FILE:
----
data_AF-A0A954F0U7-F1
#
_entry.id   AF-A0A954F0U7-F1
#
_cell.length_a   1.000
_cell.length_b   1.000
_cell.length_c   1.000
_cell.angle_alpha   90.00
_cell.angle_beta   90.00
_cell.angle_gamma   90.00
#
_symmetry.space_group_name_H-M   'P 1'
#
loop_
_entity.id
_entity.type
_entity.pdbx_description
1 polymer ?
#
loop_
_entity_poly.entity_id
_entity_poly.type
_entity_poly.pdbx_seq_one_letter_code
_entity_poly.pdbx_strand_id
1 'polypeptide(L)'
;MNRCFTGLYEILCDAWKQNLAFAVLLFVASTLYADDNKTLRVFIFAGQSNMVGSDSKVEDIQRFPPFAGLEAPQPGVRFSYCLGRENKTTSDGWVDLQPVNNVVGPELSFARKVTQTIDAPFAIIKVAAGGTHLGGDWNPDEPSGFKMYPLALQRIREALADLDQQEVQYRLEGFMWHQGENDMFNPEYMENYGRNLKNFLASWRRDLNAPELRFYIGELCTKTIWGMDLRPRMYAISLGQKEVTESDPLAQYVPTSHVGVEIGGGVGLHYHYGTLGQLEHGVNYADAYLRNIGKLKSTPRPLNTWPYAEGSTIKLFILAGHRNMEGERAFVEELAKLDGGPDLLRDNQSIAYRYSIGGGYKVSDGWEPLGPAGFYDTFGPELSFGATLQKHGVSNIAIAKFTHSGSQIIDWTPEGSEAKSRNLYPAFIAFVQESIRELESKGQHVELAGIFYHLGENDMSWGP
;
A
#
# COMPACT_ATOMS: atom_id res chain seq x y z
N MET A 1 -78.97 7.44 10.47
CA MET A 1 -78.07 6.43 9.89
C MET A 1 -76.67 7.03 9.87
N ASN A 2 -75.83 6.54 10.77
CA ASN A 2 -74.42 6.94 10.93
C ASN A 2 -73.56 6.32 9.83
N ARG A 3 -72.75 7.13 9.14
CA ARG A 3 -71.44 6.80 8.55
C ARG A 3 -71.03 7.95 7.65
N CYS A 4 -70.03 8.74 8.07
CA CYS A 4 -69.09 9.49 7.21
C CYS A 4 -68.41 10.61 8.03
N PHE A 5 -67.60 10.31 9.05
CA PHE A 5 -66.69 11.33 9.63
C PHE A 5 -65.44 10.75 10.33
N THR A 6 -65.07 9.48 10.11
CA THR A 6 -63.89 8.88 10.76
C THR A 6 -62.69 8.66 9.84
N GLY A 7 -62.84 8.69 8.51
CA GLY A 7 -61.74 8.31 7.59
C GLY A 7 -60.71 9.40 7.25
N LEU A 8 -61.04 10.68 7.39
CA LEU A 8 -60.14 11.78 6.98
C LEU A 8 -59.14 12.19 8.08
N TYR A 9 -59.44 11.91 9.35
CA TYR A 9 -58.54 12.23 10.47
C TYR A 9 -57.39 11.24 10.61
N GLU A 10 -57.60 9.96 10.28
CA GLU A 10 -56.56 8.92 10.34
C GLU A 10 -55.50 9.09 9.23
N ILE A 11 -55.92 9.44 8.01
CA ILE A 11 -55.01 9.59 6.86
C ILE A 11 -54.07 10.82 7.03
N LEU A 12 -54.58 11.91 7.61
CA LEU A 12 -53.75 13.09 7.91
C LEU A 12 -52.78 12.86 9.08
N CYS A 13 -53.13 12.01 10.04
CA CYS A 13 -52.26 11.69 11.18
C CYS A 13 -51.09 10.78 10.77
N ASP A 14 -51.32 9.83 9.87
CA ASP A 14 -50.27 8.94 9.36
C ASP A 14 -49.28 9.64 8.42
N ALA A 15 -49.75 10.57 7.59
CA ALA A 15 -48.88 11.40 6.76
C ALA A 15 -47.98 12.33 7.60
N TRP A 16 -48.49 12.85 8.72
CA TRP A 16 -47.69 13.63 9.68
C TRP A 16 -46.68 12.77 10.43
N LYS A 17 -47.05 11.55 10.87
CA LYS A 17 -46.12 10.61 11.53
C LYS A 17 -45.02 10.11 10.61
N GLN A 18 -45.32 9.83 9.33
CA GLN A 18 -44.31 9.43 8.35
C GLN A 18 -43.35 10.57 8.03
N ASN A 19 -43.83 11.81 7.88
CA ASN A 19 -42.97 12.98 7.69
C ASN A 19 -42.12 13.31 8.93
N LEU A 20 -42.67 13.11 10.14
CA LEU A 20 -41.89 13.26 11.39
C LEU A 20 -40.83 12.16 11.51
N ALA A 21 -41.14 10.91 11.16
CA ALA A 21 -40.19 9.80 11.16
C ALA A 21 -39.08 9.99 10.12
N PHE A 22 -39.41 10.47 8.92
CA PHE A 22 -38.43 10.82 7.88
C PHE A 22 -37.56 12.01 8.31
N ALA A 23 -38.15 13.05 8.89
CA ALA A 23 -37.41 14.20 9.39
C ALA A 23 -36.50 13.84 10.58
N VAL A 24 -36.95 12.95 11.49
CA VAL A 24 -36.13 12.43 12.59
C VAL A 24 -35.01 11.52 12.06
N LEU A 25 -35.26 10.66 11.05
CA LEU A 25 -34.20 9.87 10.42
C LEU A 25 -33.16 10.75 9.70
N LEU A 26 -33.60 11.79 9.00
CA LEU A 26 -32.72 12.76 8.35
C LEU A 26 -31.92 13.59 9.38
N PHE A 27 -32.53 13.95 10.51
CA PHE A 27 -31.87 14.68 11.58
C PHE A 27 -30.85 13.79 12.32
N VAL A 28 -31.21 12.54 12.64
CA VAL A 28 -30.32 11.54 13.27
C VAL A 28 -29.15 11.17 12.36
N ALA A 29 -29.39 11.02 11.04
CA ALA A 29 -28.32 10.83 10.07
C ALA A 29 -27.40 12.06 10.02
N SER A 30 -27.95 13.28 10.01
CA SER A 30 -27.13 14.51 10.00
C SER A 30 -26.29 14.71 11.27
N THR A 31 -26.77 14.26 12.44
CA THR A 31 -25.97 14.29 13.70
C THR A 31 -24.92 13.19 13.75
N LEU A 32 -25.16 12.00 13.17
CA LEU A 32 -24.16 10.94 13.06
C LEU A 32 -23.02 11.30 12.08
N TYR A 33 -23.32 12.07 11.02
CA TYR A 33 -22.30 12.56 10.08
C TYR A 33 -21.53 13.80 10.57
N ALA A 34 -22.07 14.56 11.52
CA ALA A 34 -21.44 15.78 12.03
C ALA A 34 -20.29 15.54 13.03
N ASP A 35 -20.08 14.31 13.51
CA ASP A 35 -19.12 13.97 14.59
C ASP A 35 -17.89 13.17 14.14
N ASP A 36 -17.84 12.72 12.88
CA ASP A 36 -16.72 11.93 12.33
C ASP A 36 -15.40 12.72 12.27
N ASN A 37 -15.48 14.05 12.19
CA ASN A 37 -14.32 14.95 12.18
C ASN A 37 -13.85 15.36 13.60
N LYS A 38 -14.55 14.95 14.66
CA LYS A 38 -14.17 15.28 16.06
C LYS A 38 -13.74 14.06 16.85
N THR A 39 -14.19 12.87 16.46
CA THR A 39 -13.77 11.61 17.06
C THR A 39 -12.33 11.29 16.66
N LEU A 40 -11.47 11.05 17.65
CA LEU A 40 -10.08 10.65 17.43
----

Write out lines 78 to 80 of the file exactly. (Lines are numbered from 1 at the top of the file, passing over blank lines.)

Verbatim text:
C TRP A 16 -46.68 12.77 10.43
N LYS A 17 -47.05 11.55 10.87
CA LYS A 17 -46.12 10.61 11.53